Anders Persson

associate senior lecturer at Department of Engineering Sciences, Division of Microsystems Technology

Email:
anders.persson[AT-sign]angstrom.uu.se
Visiting address:
Ångströmlaboratoriet, Lägerhyddsvägen 1
752 37 UPPSALA
Postal address:
Box 534
751 21 UPPSALA

Short presentation

I am working as a research fellow at the Division of Microsystems Technology at the Department of Engineering Sciences. My research is focused on miniaturized spectrometers, i.e., small instruments for revealing the content of different gases. I am particularly interested in spectrometers that can resolve different isotopes, primarily carbon isotopes, which are important measurements in, e.g., planetary exploration and environmental science.

Also available at

My courses

Biography

I was born in Vänersborg in 1982, and vent through primary school in Arvika, where I graduated in 2001.

The same year, I moved to Uppsala and studied archaeology for a year before I started the Master of Science in Engineering Physics program, where I eventually specialized in Space technology. I wrote my master thesis at the Swedish Institute of Space Physics on the topic of “Vavilov-Cherenkov Radiation Near Dielectric Boundaries with Applications to Ultrahigh Energy Neutrino Detection” where I investigated the possibility of using the lunar regolith to detect high energy neutrinos. I received my Master’s degree in 2007.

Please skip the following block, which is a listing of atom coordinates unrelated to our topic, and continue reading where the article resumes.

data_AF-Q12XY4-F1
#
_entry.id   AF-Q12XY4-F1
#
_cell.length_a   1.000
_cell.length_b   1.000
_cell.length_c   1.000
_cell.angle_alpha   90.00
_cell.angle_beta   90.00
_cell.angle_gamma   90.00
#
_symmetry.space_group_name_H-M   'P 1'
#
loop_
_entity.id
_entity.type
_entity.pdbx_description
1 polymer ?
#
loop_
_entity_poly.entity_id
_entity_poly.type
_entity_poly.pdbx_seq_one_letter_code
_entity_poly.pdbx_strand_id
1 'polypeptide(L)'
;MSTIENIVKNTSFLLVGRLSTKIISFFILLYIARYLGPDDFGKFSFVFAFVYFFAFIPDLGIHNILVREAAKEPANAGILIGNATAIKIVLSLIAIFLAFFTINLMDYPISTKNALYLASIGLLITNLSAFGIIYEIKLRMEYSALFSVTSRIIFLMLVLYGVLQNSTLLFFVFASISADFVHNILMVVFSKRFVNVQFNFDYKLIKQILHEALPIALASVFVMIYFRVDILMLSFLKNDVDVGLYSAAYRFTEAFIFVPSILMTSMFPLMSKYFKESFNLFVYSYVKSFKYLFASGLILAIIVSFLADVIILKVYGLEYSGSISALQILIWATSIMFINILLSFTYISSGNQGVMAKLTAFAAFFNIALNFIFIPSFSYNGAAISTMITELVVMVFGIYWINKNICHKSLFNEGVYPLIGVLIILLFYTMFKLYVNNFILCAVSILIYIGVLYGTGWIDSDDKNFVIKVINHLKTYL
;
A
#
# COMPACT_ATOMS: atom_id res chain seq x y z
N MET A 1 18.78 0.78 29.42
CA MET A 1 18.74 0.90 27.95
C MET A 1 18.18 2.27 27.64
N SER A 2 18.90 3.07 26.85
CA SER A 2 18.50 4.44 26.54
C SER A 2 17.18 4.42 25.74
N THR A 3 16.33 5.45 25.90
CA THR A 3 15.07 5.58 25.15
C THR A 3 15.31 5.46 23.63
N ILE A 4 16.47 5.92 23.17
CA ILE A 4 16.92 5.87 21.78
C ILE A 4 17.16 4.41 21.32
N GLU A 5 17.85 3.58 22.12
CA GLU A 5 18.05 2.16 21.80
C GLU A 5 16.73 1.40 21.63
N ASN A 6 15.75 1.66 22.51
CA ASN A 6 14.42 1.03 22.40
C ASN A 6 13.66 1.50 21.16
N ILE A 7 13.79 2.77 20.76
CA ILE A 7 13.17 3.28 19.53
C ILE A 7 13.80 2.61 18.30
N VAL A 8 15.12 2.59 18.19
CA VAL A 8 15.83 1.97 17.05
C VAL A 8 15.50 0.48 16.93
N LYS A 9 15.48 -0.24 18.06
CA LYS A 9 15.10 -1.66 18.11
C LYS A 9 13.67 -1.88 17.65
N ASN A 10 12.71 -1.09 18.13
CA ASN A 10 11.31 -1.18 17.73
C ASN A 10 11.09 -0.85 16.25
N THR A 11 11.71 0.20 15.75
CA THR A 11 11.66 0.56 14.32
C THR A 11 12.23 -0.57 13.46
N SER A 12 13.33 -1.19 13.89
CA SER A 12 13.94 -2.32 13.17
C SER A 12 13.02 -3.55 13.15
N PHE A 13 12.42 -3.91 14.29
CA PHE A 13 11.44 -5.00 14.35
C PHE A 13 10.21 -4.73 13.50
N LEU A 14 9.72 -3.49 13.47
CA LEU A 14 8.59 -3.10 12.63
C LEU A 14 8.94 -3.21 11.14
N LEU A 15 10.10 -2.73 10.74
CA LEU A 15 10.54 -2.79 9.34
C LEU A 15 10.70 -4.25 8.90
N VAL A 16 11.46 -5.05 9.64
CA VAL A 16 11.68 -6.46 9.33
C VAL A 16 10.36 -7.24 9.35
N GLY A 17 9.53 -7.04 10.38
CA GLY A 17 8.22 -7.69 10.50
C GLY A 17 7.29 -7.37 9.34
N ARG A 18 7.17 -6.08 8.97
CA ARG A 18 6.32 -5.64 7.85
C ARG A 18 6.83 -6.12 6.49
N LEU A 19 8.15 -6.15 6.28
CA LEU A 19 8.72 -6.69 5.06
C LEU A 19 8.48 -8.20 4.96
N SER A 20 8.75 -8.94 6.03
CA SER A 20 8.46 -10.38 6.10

During the summer of 2007 I started a PhD at the Ångström Space Technology Center at Uppsala University. The topic of my PhD studies was “Magnetoresistance and space” where I studied how magnetic field sensors based on different magnetoresistive effects could find use in space. My focus was to study different designs and manufacturing methods for such sensors, and investigate how they performed in space-equivalent environments, in order to demonstrate their potential for use in space.

I defended my thesis in 2011, after which I stayed on at ÅSTC for another year to continue my work on the magnetic field sensors. I also initiated a new project focusing on miniaturized sensors for measurements of carbon isotopes in planetary exploration, particularly to look for signs of past or present life on Mars.

After a two year postdoc at the Department of Physics and Astronomy, where I studied similar methods for isotope analysis, I am now back at ÅSTC where I continue my research on miniaturized gas sensors for use both in space and other fields of science ,e.g., environmental science and studies of greenhouse gas emissions.

Publications

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